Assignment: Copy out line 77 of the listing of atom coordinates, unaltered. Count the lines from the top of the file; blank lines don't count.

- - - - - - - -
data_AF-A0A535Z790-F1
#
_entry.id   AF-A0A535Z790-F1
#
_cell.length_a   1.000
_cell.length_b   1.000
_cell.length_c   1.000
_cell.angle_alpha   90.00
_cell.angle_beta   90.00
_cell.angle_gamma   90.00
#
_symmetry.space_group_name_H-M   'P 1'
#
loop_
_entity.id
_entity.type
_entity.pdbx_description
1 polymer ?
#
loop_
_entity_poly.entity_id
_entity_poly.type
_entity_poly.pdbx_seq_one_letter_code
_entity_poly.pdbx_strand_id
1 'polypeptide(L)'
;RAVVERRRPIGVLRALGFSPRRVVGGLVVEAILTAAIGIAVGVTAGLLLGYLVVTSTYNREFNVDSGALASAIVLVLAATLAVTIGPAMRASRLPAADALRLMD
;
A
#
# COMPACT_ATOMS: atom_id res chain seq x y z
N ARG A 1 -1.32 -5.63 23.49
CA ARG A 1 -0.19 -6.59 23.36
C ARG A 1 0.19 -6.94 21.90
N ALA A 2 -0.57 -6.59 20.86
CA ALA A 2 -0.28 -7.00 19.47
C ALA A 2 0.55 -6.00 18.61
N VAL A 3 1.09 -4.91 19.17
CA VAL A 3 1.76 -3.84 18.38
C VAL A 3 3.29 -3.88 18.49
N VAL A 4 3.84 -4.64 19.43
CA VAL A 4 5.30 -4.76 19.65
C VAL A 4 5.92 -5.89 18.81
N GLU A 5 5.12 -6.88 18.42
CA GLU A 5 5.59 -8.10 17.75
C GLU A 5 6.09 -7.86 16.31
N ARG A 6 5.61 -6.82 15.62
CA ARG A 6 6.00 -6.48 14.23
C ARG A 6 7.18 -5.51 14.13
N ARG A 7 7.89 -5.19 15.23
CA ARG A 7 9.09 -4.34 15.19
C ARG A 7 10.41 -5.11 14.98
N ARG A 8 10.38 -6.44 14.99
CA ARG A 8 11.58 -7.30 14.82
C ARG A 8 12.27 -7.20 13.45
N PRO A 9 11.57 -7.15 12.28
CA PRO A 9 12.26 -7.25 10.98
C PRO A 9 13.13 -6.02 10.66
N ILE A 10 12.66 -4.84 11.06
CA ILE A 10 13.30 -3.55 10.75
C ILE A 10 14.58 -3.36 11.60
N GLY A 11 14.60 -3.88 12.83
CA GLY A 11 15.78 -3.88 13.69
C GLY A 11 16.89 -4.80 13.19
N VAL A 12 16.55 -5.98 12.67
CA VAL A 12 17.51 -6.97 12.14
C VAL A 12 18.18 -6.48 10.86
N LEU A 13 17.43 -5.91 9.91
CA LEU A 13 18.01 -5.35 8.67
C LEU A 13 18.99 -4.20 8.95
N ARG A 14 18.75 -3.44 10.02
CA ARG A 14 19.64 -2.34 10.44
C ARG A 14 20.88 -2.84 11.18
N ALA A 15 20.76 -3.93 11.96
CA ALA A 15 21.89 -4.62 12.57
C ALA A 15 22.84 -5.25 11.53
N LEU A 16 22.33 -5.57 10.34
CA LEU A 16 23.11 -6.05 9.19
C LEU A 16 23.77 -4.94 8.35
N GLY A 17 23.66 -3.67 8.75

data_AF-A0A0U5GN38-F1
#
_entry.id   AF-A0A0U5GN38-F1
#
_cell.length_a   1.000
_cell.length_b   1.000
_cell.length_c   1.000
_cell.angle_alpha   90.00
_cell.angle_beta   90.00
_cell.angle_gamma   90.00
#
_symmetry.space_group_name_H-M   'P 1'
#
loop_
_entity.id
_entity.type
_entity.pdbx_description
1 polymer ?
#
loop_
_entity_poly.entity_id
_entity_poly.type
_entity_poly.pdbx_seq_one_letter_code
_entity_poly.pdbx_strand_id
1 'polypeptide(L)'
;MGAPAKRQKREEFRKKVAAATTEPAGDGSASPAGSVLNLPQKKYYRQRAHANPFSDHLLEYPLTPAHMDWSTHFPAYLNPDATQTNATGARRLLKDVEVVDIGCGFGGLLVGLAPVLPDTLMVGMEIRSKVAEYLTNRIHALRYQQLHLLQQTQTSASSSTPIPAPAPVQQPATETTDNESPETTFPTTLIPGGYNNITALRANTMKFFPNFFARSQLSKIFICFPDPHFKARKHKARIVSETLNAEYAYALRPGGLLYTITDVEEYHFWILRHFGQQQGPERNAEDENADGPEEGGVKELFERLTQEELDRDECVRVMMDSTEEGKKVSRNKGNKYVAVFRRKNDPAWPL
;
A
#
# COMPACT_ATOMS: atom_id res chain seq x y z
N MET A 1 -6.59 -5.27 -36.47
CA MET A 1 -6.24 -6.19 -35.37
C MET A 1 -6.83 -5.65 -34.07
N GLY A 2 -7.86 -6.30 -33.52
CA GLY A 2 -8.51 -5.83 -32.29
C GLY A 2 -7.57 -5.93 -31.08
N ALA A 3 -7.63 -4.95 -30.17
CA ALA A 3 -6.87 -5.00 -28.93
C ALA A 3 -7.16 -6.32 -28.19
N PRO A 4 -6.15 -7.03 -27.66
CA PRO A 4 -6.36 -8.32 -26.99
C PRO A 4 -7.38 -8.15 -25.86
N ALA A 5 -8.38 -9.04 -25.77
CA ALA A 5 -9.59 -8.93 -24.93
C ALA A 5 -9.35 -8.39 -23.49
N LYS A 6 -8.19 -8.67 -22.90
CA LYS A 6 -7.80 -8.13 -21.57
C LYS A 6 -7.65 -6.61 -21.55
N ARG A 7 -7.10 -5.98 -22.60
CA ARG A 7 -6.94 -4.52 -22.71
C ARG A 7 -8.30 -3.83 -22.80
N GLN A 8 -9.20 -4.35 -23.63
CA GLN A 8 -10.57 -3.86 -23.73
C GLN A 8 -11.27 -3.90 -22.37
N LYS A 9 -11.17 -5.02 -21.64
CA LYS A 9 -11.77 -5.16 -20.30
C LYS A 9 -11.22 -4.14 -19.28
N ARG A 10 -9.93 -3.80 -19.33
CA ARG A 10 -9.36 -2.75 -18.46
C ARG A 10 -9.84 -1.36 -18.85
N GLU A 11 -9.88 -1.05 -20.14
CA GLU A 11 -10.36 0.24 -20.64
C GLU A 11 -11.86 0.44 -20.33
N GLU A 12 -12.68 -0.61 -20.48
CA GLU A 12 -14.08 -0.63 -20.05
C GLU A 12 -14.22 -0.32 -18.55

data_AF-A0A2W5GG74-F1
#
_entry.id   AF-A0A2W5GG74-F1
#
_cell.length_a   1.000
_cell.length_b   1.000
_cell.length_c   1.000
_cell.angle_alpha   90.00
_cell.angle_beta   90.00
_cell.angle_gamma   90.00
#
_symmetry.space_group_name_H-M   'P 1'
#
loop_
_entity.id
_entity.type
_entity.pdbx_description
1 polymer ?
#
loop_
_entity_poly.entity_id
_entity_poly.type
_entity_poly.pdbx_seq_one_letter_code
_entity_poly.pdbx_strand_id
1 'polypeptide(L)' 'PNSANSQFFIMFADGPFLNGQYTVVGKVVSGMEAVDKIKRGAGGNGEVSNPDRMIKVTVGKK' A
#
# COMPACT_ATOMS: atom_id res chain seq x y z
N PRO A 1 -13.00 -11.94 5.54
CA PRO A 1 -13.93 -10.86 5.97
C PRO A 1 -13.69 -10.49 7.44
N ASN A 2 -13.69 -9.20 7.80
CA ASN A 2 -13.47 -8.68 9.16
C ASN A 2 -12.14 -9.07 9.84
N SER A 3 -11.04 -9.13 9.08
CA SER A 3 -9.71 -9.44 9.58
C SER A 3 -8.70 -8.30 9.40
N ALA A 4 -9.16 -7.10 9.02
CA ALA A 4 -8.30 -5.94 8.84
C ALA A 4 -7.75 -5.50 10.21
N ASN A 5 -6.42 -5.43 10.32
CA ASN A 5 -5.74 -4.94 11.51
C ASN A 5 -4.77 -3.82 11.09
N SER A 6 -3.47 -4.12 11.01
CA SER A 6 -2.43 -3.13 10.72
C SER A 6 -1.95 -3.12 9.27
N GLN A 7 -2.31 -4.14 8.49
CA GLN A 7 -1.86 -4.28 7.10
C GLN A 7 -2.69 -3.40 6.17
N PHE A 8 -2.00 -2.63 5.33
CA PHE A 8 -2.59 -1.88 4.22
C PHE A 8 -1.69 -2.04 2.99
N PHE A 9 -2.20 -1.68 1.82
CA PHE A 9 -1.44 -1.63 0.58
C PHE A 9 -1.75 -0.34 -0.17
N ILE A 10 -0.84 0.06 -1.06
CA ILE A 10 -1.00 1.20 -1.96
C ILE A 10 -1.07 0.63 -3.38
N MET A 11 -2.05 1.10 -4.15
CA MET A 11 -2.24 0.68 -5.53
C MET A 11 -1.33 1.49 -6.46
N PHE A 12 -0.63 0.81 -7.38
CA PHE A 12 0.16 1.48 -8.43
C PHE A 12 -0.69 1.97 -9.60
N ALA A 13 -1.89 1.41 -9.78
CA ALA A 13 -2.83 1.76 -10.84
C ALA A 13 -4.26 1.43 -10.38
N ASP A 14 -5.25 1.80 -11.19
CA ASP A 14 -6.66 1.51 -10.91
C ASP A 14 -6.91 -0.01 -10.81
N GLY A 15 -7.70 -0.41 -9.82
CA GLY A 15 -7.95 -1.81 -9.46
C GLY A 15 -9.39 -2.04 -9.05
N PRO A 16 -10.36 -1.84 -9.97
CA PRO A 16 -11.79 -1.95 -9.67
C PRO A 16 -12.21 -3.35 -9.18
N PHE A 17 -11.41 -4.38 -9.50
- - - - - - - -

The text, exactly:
CA LEU A 16 23.11 -6.05 9.19